There’s only one thing that can knock weather off the headlines: Traffic. The media has provided so much coverage of the extensive and entertaining Chris Christie traffic jam press conference that I half-expected him to introduce a new iPhone. Christie apologized and fired his deputy chief of staff Bridget Anne Kelly who, along with other “close associates ordered lane closings on the George Washington Bridge to deliberately snarl traffic as an act of political vengeance.”
+ “I am stunned by the abject stupidity that was shown here.” The eleven best quotes from the Christie’s press conference.
+ When David Wildstein got an email that read, “Time for some traffic problems in Fort Lee,” he responded with two words: “Got it.” Today, he was far less loquacious while being questioned by a New Jersey state assembly panel.
+ Buzzfeed’s Ben Smith argues that the bridge scandal is even worse than it seems: “Politicians don’t get that many moments in the national spotlight … And now, if anyone knows anything about Chris Christie, it’s that he closed a bridge.” I wouldn’t be so sure about this. The presidential election is a long way off. About the only person who doesn’t still have time to repair his image is Dennis Rodman.
Inside the Mine
“As with an actual precious metal, Bitcoins are in limited supply- they must be mined. Unlike with precious metals, this mining is done purely by computer. Miners set their machines to run a series of complex calculations that tally up and certify all the transactions of other Bitcoin holders around the world. If the miner’s computers complete these calculations and solve a complex mathematical puzzle before anyone else, he earns about 25 Bitcoins as payment.” From BloombergBusinessweek: The Bitcoin-Mining Arms Race Heats Up.
+ Overstock is now accepting Bitcoins.
Going Back to Cali
According to The Robert Wood Johnson Foundation, “food companies sold 6.4 trillion fewer calories in 2012 than they did in 2007.” Following a pledge, sixteen large food companies have cut about 78 daily calories per person from their products. Sounds like a good excuse to add a little whipped cream to everything.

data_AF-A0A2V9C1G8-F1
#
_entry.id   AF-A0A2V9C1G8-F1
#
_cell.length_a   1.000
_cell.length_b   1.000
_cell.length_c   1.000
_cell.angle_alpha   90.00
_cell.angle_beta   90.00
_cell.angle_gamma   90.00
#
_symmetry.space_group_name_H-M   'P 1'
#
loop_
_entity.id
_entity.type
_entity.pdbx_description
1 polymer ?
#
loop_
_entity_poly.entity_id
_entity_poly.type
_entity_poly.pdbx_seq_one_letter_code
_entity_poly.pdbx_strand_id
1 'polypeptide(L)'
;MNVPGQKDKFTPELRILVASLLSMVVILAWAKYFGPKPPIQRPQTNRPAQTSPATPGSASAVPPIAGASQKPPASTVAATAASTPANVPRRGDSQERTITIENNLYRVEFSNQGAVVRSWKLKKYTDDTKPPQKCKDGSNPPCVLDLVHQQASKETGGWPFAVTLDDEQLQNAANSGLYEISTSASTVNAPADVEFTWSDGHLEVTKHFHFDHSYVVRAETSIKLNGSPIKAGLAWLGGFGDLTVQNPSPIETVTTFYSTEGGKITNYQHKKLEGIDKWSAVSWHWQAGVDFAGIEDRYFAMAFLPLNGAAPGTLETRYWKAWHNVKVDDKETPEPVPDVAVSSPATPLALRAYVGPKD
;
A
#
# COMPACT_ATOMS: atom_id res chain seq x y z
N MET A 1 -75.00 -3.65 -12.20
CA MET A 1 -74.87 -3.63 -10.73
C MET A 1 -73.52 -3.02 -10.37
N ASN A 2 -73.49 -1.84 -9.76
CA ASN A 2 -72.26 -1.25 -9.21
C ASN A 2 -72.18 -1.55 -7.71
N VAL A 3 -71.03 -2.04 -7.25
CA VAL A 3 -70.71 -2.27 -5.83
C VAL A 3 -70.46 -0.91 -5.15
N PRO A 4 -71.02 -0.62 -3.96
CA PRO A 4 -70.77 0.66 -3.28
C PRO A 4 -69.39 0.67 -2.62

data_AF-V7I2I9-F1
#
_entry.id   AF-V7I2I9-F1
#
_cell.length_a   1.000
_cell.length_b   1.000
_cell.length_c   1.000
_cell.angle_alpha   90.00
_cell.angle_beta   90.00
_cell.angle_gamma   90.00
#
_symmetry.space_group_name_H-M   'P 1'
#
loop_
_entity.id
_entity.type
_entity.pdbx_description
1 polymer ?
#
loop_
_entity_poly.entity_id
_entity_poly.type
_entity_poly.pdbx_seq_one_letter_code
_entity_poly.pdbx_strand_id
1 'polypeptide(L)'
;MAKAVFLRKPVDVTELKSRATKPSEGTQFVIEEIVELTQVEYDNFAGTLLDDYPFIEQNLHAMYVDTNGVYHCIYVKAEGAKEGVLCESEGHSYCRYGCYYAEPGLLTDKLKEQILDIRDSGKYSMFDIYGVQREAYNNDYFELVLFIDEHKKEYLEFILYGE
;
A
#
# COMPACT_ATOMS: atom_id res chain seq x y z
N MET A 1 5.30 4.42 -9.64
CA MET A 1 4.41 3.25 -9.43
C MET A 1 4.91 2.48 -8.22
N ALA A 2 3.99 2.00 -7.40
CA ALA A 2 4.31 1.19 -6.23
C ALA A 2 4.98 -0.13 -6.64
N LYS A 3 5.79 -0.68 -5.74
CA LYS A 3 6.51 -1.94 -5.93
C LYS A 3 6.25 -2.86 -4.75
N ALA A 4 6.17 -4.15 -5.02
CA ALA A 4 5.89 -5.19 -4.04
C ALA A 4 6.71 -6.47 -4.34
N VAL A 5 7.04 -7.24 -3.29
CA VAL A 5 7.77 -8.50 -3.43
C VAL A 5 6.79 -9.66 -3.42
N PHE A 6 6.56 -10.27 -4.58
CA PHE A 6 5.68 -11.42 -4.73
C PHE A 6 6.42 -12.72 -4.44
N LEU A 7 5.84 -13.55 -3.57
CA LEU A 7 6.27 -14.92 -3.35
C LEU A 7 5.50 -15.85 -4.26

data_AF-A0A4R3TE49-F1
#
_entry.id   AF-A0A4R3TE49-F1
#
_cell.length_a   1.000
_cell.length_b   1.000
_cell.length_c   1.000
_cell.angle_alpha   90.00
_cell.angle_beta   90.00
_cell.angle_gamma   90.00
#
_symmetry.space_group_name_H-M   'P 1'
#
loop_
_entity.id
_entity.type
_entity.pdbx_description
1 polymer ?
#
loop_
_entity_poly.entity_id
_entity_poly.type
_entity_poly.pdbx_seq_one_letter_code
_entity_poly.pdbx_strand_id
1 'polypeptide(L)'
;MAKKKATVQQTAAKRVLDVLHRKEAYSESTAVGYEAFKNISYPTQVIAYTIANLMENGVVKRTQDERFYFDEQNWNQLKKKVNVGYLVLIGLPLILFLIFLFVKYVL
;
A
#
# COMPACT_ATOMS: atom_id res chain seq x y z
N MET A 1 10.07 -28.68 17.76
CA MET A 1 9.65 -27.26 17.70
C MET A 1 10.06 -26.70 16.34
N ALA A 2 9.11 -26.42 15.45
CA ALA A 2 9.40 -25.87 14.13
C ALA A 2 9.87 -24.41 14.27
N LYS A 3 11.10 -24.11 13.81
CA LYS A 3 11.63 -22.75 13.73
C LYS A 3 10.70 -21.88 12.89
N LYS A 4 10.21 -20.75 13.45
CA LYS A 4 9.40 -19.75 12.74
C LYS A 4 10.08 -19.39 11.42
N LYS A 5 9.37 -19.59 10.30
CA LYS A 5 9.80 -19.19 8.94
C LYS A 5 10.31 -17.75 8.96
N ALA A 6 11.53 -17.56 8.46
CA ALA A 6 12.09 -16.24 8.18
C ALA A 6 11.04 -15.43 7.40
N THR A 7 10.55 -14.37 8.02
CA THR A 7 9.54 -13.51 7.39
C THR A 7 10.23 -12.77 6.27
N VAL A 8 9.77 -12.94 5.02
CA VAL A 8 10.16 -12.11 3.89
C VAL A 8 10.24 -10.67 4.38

The Seven Year Itch
A 10 year-old girl was given a suicide vest and told that it would only kill her targets — she would survive. A 15 year-old named Aitzaz Hasan was killed after confronting a suicide bomber who approached his school in Pakistan. Two kids. Two terrible stories.
Writing on Roids
“I think so many guys were just irritated how prevalent the problem had become. They just wanted that out there.” Baseball writers just picked the latest players to get into the Hall of Fame. The selection story — like so many in baseball — has been dominated by questions over how to handle the steroid issue. These are the questions that have haunted the sport, and those who cover it, for decades. Grantland’s Bryan Curtis looks back at the writers and the ‘roids: The Steroid Hunt.
Governments around the world shred tons of money every year because its been irreparably damaged by our greedy, greasy, grubby, grimy hands. But now scientists say that they can help save a lot of the money by washing it. It’s a whole new way to launder money.
Training for Gold
“When people ask me how it feels, the best way I can describe it is to say go and do a wall-sit for 10 minutes and then stand up. That’s how it feels.” Eddy Alvarez gives us a glimpse into the training required to be an Olympic athlete.
Me, Myselfie, and I
Surprise. According to new research: “Narcissism does appear to be a primary driver for the desire for (Twitter) followers, which in turn drives tweets.” (I can’t wait until they test newsletter writers…)
+ The strange science of how your name can shape your career.
The Bottom of the News
Last year, NPR’s Bob Boilen saw a lot of live music. And I mean a lot: 662 shows, 549 bands,139 clubs, 21 cities. So he’s one of the few people on the planet qualified to write a piece on his 116 Favorite Concerts Of 2013.
+ These days, many Americans can’t recognize a top news anchor.
+ Twenty years later, McDonald’s faces a new hot coffee lawsuit.
+ Chinese billionaire Chen Guangbiao has the best business card in the world. And thanks to Slate, you can now generate one of your own.
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